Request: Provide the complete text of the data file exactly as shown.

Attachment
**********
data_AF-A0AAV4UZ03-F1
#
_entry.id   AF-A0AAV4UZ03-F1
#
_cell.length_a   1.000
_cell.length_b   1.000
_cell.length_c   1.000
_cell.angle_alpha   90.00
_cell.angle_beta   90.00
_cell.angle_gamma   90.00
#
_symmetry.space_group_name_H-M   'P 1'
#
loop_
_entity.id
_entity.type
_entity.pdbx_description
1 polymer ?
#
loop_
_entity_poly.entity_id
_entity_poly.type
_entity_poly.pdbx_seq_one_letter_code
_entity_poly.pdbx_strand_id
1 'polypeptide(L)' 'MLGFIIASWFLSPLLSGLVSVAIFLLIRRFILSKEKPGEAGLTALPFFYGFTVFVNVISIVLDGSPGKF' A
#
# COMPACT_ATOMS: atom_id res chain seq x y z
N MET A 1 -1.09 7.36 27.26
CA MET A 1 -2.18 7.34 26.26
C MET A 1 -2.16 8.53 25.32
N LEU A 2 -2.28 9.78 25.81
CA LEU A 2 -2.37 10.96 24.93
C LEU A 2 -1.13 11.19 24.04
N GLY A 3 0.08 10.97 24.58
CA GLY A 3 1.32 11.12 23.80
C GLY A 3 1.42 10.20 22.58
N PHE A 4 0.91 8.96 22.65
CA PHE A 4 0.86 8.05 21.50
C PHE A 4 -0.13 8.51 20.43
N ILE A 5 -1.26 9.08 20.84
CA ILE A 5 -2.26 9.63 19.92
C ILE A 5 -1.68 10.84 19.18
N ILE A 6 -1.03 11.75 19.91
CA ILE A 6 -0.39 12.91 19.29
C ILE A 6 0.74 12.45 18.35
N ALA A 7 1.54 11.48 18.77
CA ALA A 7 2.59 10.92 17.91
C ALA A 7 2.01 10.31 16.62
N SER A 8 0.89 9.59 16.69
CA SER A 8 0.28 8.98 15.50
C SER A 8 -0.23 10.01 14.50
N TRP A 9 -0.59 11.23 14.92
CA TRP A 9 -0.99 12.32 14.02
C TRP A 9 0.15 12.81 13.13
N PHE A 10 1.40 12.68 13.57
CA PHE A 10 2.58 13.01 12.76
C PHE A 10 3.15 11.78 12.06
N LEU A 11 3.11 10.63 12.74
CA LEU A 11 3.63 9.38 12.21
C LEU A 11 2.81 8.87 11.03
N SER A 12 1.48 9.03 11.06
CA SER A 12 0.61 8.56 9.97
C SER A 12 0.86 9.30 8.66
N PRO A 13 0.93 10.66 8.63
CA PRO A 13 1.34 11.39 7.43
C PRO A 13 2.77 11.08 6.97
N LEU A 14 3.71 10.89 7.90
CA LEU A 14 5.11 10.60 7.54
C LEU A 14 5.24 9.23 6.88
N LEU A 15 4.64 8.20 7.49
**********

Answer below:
data_AF-A0AAV4UZ03-F1
#
_entry.id   AF-A0AAV4UZ03-F1
#
_cell.length_a   1.000
_cell.length_b   1.000
_cell.length_c   1.000
_cell.angle_alpha   90.00
_cell.angle_beta   90.00
_cell.angle_gamma   90.00
#
_symmetry.space_group_name_H-M   'P 1'
#
loop_
_entity.id
_entity.type
_entity.pdbx_description
1 polymer ?
#
loop_
_entity_poly.entity_id
_entity_poly.type
_entity_poly.pdbx_seq_one_letter_code
_entity_poly.pdbx_strand_id
1 'polypeptide(L)' 'MLGFIIASWFLSPLLSGLVSVAIFLLIRRFILSKEKPGEAGLTALPFFYGFTVFVNVISIVLDGSPGKF' A
#
# COMPACT_ATOMS: atom_id res chain seq x y z
N MET A 1 -1.09 7.36 27.26
CA MET A 1 -2.18 7.34 26.26
C MET A 1 -2.16 8.53 25.32
N LEU A 2 -2.28 9.78 25.81
CA LEU A 2 -2.37 10.96 24.93
C LEU A 2 -1.13 11.19 24.04
N GLY A 3 0.08 10.97 24.58
CA GLY A 3 1.32 11.12 23.80
C GLY A 3 1.42 10.20 22.58
N PHE A 4 0.91 8.96 22.65
CA PHE A 4 0.86 8.05 21.50
C PHE A 4 -0.13 8.51 20.43
N ILE A 5 -1.26 9.08 20.84
CA ILE A 5 -2.26 9.63 19.92
C ILE A 5 -1.68 10.84 19.18
N ILE A 6 -1.03 11.75 19.91
CA ILE A 6 -0.39 12.91 19.29
C ILE A 6 0.74 12.45 18.35
N ALA A 7 1.54 11.48 18.77
CA ALA A 7 2.59 10.92 17.91
C ALA A 7 2.01 10.31 16.62
N SER A 8 0.89 9.59 16.69
CA SER A 8 0.28 8.98 15.50
C SER A 8 -0.23 10.01 14.50
N TRP A 9 -0.59 11.23 14.92
CA TRP A 9 -0.99 12.32 14.02
C TRP A 9 0.15 12.81 13.13
N PHE A 10 1.40 12.68 13.57
CA PHE A 10 2.58 13.01 12.76
C PHE A 10 3.15 11.78 12.06
N LEU A 11 3.11 10.63 12.74
CA LEU A 11 3.63 9.38 12.21
C LEU A 11 2.81 8.87 11.03
N SER A 12 1.48 9.03 11.06
CA SER A 12 0.61 8.56 9.97
C SER A 12 0.86 9.30 8.66
N PRO A 13 0.93 10.66 8.63
CA PRO A 13 1.34 11.39 7.43
C PRO A 13 2.77 11.08 6.97
N LEU A 14 3.71 10.89 7.90
CA LEU A 14 5.11 10.60 7.54
C LEU A 14 5.24 9.23 6.88
N LEU A 15 4.64 8.20 7.49